Mount Carmel mayor makes bail on theft charge, resumes duties

Jeff Bobo • Feb 22, 2020 at 12:00 PM

ROGERSVILLE — Mount Carmel Mayor Chris Jones, who was indicted earlier this month on a major theft charge, was released from the Hawkins County Jail Friday after Criminal Court Judge John Dugger agreed to reduce his bond from $300,000 to $100,000.

Christopher Scott Jones, 48, 337 Hemlock St., Mount Carmel, was arrested Feb. 10 on a Hawkins County grand jury sealed indictment warrant on one count of theft over $250,000. He had been in jail 12 days before being bonded out late Friday morning. 

The charge stems from allegations that Jones embezzled more than $394,000 from his elderly grandmother in West Virginia in the year before she passed away in 2016. Attorney General Dan Armstrong said the case can be prosecuted in Hawkins County because Jones deposited the funds in a Hawkins County bank.

Jones has contended that his grandmother gave him the money, although allegations emerged from his civil case in West Virginia that the woman suffered from dementia and was not competent to sign away her power of attorney or endorse checks at the time the funds were supposedly gifted to Jones. 

In 2017, a civil court in West Virginia ordered Jones to pay his mother and other family members $571,000 after he failed to show up for the trial there. Hawkins County Chancellor Doug Jenkins ruled last year that the West Virginia judgement was valid in Tennessee.

There are links in the online version of this article at www.timesnews.net with more details about the allegations against Jones.

On Friday, Jones and his attorney, Rick Spivey, appeared before Dugger on a motion for bond reduction.

Spivey asked for Jones’ bond to be set at $25,000, noting that his client is a lifelong resident of Mount Carmel and Kingsport, served as a police officer and fire chief in Mount Carmel for many years, and has no previous criminal history.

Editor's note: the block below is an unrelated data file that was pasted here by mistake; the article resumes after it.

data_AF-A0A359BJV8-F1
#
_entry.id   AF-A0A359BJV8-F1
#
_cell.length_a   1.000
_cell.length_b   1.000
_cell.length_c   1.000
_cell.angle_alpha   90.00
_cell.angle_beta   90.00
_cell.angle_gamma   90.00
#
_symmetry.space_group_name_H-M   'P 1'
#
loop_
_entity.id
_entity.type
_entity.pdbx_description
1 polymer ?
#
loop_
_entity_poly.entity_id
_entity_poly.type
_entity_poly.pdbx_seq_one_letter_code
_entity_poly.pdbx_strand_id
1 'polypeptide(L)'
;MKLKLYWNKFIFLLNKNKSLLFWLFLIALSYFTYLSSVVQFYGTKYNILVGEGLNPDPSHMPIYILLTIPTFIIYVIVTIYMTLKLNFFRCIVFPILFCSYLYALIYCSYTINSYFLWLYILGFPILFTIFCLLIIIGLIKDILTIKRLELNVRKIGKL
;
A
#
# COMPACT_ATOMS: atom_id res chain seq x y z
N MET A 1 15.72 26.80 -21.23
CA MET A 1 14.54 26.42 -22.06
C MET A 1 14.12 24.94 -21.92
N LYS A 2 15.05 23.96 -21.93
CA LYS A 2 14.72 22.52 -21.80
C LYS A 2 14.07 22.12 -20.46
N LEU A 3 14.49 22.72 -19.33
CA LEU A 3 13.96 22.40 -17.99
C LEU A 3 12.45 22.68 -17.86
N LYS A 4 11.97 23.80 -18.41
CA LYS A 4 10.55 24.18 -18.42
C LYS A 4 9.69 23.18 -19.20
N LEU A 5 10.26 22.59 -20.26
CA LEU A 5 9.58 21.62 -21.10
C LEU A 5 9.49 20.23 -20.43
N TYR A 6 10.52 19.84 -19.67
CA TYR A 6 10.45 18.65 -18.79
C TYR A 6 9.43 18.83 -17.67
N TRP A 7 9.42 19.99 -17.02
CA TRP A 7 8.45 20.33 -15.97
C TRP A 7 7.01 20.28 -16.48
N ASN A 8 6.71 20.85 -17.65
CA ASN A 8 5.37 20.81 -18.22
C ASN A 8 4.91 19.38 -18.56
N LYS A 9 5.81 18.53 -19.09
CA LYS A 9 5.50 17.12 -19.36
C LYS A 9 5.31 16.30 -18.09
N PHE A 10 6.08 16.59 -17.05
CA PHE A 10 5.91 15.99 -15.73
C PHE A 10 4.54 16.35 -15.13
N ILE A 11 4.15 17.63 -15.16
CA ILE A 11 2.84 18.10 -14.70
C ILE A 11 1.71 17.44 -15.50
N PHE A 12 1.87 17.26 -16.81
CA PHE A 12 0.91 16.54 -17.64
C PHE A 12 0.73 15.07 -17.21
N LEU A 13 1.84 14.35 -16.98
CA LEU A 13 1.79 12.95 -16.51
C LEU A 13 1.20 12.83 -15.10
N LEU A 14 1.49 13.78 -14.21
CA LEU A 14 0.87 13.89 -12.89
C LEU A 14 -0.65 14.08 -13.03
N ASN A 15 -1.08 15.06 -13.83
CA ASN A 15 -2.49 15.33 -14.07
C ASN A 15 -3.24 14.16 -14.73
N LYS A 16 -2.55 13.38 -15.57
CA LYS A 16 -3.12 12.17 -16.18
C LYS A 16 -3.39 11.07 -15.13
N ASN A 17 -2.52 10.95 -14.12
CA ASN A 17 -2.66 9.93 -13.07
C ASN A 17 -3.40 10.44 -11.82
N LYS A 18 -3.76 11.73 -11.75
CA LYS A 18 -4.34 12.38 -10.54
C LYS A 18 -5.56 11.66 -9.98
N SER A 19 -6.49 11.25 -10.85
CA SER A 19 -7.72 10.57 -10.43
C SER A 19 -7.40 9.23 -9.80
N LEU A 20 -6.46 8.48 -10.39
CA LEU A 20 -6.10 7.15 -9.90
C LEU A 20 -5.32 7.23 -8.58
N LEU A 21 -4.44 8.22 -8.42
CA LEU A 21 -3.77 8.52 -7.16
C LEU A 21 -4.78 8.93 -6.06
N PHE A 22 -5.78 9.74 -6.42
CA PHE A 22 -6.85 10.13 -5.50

“This bond is extremely exorbitant considering murder suspects are given a much lower bond,” Spivey stated in his motion. “This bond was politically motivated.”

Spivey also pointed out in court that Jones is still the mayor of Mount Carmel.

“He may be the mayor of whatever,” Dugger replied. “This is still an A felony.”

Dugger reduced the bond to $100,000, and Jones waved his arraignment, which was originally set for April 29. A trial date was set for May 18, and Spivey told the judge the trial would likely take three days.

Jones hadn’t attended the previous two Mount Carmel Board of Mayor and Alderman meetings, reportedly due to a serious illness involving blood clots in a leg.

As he was asking for a reduced bond, Spivey told the judge that Jones was scheduled for life-threatening surgery this month.

Jones’ father was in the courtroom Friday, and Spivey said if Jones were released from jail, he would be staying with his father in Washington County.

Jones hasn’t been convicted of any crimes, nor has he been accused of any malfeasance within Mount Carmel city government. As a result, the BMA has no power to remove him from office.

The mayor’s seat is up for re-election in November, and Jones stated publicly last year that he wasn’t running for re-election.

However, Jones is in the process of being evicted from his residence in Mount Carmel.

City Manager Mike Housewright told the Times News that Jones is currently a resident of Mount Carmel.

However, if Jones is convicted, or if his residence status changes, the BMA would have grounds to remove him from office.

Meanwhile, Jones appeared in Mount Carmel City Hall briefly Friday afternoon shortly after being released form jail to perform some mayoral duties, including signing some grant application forms.

Theft over $250,000 is a Class A felony punishable by 15-25 years.

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